Southeast Asia is steadily moving towards clean energy and increasing renewable energy sources for generating power. In this effort, it is also focusing on greening value chains and shifting to more sustainable industry practices, which also includes reskilling its labour force to accept new technologies and modes. This also includes ensuring jobs to vulnerable groups. This was disclosed by ADB Southeast Asia Development Solutions (SEADS) in its report sighting solutions for just energy transition. The organisation help a steady stream of insights on new technologies, innovations, and best practices that can help countries address pressing development challenges.
The report by SEADS mentioned about the recent session on “Jobs of the Future: Building Diversity into the Net-Zero Transition,” at the ADB Southeast Asia Development Symposium (SEADS), where Veronica Joffre, Senior Gender and Social Development Specialist at the Asian Development Bank (ADB), said, “It is people who are at the core of the transformation. It will be people who make or break this process.” She stressed on the importance of building enough green talent to meet the current demand and to equip the workforce to contribute to the change.
Further, Google.org Asia–Pacific Lead Marija Ralic informed that the World Economic Forum predicts that 50% of current employees need to be reskilled. She noted that employers and employees alike must learn to leverage technology for current and new jobs.
Prateek Hegde, Chief Operating Officer of Generation Asia–Pacific, said, “The first task will be to identify the skills that will be needed in the transition. The second—and more important—task is to increase access to skilling.” “It’s important to reinvent how education and skilling will be designed and [be] made available to people from all backgrounds.Invest in skilling before the transition actually happens,” he said.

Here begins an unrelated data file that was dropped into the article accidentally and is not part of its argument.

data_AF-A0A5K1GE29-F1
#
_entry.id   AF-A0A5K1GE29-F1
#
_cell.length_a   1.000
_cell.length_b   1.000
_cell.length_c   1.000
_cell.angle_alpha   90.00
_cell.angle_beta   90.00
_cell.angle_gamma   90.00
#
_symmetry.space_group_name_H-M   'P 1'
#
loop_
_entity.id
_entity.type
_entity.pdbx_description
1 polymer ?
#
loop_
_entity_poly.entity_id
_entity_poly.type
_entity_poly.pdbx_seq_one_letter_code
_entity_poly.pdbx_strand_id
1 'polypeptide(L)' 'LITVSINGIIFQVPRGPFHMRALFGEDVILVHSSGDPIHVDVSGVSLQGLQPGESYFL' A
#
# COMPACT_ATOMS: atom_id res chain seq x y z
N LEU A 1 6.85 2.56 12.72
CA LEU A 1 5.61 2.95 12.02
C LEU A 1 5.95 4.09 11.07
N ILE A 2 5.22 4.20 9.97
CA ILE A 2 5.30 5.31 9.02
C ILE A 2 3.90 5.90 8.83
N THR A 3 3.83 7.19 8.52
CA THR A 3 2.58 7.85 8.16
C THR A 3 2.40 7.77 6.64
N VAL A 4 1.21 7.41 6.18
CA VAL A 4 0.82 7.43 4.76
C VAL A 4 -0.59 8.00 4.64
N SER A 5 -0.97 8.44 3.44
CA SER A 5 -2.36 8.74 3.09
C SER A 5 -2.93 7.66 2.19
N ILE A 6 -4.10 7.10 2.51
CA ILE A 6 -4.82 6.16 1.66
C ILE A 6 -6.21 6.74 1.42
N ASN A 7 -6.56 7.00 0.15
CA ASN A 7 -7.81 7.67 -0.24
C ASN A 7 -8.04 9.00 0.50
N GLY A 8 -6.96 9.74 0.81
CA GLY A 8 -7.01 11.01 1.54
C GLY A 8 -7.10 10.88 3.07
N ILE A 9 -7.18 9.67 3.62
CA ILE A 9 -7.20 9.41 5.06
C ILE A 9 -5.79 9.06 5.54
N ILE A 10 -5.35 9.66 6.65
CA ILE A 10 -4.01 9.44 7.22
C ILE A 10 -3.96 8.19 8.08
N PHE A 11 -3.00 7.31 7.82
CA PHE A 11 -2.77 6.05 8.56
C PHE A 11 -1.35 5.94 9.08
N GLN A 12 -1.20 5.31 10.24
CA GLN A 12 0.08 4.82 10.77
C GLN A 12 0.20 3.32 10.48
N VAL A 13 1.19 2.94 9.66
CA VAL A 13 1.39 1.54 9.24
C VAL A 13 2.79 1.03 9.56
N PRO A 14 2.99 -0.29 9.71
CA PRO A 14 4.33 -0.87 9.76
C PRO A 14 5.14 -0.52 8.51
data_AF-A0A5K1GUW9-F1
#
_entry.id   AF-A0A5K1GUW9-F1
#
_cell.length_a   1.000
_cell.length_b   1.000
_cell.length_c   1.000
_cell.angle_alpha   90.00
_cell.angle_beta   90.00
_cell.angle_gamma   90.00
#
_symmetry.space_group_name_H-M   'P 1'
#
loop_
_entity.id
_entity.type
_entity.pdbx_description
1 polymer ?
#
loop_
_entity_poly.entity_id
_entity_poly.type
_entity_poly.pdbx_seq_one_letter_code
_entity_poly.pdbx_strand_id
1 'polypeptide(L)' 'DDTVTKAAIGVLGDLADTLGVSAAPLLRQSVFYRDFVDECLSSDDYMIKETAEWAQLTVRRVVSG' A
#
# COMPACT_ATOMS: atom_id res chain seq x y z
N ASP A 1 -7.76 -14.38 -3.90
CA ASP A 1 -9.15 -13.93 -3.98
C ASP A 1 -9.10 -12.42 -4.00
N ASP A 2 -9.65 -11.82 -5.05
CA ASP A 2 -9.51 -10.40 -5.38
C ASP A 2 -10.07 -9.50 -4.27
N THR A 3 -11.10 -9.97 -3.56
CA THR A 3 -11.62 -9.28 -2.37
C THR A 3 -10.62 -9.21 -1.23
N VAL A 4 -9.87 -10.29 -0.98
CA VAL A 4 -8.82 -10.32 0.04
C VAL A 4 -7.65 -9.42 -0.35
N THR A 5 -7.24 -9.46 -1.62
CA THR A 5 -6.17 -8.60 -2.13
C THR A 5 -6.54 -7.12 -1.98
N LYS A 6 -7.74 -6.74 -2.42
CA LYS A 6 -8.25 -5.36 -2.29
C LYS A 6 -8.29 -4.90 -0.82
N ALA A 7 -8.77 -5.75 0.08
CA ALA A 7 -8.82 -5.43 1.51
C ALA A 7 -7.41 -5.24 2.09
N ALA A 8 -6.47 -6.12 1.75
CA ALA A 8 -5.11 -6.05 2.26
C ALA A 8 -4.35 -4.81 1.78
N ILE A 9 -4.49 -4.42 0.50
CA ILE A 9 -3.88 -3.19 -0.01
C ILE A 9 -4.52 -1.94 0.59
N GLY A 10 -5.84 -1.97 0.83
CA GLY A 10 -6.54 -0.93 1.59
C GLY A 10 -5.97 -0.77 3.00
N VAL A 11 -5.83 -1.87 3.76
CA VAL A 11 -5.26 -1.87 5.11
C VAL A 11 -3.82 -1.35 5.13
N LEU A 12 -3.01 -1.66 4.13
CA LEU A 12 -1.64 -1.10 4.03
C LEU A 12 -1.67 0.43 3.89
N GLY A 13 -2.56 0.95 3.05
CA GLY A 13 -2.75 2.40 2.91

Save the Children Regional Advocacy and Campaigns Director for Asia Shaheen Chughtai pointed out that The transition to a green economy cannot be done without the participation of women and youth who are active proponents of the net-zero transition.
Speakers also stressed on the fact that women are currently underrepresented in sectors likely to play a crucial role in determining access to new green jobs, such as energy transition, transportation, forestry, land use, and marine and fisheries.
There was the need felt for the equal job opportunities to be created between men and women,by net zero transition. risking further widening of existing gender inequalities in the labor market. It was highlighted that men are currently significantly better placed than women to take advantage of the new green job opportunities arising from the transition. Thus,for women not to be left behind in this transition there is a need for targeted support.
Economic Research Institute for ASEAN and East Asia (ERIA) Strategy and Partnership Director, Giulia Ajmone Marsan emphasised that inclusion and sustainability are interconnected. “If the green future is not an inclusive future, the green transformation will be slowed down, so it’s really an imperative. If we shape a green transformation that is not inclusive enough, we are really missing a big opportunity,” she noted.